When singing a fan favourite, I Wish I Was James Bond, Stride threw his glasses into the crowd; driving everyone crazy as they struggled to be the lucky one to take them home. Shortly after, he added humour to the set when he nipped off stage to go to the loo; leading to bassist Greg Churchouse jokingly telling the crowd that they were the first ones to make the singer abandon a show.


That’s something I’ve got to give to each of the acts, their crowd engagement was always remarkable. With Jay Sean coming out into the pit to take photos and sign something for a birthday girl who’d come all the way from Leicester just to see him, plus B.O.B crowd-surfing and signing t-shirts (and sweaty towels), it was pleasant to see that the acts were determined to make this night memorable for fans. And although they were diverse genres, the event flowed seamlessly with hilarious Vernon Kay presenting between the acts and urging people to donate to the chosen charities.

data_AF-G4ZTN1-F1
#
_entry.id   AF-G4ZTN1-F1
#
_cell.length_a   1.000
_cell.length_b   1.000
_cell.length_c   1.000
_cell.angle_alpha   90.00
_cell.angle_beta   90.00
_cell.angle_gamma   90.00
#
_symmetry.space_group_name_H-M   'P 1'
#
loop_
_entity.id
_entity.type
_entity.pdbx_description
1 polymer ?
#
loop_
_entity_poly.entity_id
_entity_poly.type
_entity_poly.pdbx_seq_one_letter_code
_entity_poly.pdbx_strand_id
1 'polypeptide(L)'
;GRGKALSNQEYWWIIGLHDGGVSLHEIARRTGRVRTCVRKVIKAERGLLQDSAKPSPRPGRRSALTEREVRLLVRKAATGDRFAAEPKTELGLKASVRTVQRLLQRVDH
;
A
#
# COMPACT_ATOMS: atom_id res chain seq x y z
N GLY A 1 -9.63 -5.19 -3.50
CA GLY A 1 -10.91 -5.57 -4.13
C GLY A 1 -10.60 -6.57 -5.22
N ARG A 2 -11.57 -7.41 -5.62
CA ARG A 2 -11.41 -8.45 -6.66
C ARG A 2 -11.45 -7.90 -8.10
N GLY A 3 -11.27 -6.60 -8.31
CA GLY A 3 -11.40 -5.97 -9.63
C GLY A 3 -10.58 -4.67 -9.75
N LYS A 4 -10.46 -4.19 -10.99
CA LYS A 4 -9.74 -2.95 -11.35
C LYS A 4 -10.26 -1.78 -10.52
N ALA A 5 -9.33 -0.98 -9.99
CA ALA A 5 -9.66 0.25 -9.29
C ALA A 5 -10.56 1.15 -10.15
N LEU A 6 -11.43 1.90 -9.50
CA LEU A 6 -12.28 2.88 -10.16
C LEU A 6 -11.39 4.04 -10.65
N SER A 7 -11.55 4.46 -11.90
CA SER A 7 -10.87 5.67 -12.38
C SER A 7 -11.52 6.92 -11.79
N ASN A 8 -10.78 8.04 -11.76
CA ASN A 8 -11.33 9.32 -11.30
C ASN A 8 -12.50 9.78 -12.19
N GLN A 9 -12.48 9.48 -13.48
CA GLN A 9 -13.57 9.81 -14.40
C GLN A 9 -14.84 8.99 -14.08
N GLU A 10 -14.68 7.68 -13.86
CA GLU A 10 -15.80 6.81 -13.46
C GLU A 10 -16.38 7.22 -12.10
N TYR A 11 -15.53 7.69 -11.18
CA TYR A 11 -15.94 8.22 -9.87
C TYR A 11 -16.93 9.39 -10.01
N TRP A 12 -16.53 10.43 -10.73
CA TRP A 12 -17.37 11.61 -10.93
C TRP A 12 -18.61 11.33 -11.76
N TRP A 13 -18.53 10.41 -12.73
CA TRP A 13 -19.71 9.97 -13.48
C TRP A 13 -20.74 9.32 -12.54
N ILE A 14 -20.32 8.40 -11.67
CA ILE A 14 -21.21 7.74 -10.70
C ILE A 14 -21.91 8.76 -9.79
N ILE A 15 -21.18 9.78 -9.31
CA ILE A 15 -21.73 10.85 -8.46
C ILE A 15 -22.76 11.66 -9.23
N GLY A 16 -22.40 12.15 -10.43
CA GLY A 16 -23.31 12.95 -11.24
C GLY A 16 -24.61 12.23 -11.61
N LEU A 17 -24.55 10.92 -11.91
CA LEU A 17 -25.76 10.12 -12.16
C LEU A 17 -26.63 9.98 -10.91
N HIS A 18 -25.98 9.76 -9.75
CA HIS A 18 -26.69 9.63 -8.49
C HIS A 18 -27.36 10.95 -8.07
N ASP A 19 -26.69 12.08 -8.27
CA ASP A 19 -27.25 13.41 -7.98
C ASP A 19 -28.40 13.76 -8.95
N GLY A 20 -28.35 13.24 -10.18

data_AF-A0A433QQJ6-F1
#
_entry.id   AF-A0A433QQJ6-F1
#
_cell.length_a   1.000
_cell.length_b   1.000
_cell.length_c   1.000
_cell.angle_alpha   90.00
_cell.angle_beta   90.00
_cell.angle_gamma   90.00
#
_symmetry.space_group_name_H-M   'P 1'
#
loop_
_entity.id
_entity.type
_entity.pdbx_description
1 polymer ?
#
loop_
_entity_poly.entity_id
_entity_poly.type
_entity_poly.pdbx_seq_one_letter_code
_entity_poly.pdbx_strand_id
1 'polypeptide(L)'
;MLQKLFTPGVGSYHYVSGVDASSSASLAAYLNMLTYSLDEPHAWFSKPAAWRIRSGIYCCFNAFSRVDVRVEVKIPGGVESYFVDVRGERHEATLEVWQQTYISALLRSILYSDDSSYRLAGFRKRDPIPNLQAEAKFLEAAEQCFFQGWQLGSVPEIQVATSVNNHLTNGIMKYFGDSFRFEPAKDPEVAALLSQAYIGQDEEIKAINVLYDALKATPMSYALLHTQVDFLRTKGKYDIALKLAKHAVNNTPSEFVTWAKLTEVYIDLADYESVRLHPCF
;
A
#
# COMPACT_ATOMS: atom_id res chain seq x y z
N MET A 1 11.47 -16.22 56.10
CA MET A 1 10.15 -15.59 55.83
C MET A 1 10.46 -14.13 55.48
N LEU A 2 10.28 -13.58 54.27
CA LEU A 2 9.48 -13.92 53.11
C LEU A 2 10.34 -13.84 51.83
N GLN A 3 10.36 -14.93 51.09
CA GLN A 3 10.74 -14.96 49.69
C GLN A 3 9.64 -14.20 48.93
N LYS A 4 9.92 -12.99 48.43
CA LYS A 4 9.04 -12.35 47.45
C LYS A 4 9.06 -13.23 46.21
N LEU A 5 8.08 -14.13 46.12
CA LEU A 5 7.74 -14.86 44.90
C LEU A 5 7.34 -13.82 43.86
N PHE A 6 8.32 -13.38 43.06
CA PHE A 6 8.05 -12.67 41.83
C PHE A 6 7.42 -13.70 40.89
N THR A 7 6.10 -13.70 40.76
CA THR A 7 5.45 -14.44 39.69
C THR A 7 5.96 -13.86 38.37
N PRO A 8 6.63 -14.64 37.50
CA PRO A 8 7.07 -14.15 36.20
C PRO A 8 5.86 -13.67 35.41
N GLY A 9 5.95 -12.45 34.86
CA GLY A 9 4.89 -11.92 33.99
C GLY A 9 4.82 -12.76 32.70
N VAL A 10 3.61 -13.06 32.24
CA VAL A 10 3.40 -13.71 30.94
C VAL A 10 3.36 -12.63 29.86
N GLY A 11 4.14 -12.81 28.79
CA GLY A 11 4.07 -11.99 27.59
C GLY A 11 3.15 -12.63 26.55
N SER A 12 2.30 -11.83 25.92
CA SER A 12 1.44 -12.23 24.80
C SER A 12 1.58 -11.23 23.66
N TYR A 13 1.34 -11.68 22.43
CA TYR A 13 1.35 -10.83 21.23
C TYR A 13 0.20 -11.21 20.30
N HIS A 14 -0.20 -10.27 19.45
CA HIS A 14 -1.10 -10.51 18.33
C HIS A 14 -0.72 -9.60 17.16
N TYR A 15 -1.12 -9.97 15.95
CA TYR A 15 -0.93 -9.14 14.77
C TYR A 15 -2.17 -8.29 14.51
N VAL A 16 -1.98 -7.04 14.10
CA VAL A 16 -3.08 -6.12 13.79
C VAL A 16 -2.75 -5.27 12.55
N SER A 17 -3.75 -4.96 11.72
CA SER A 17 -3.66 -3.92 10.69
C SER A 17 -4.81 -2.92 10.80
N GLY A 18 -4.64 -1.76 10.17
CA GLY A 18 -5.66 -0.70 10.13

They included: the Injured Jockey’s Fund, the Matt Hampson Foundation, #teamgeorge and Stamford based chidlren’s cancer charity Anna’s Hope. Ellis was inspired to hold this event to raise money for the charities after a fellow student at Stamford School suffered life changing injuries last summer, playing Rugby in South Africa.

Next up on stage was Jay Sean, who is someone I never imagined we’d see in Peterborough! As soon as I saw the towels set out on stage and the DJ come out, I knew that this was going to be an energetic set. He sang all the hits I remembered from growing up, including Down, I’m All Yours and 2012 (It Ain’t The End), which really got the crowd going and I don’t think there was a single person who didn’t know every word. He also threw in a few covers including one of Rihanna’s Work and Drake’s One Dance, after talking about the positive changes he’s been seeing in club music where women can actually dance again.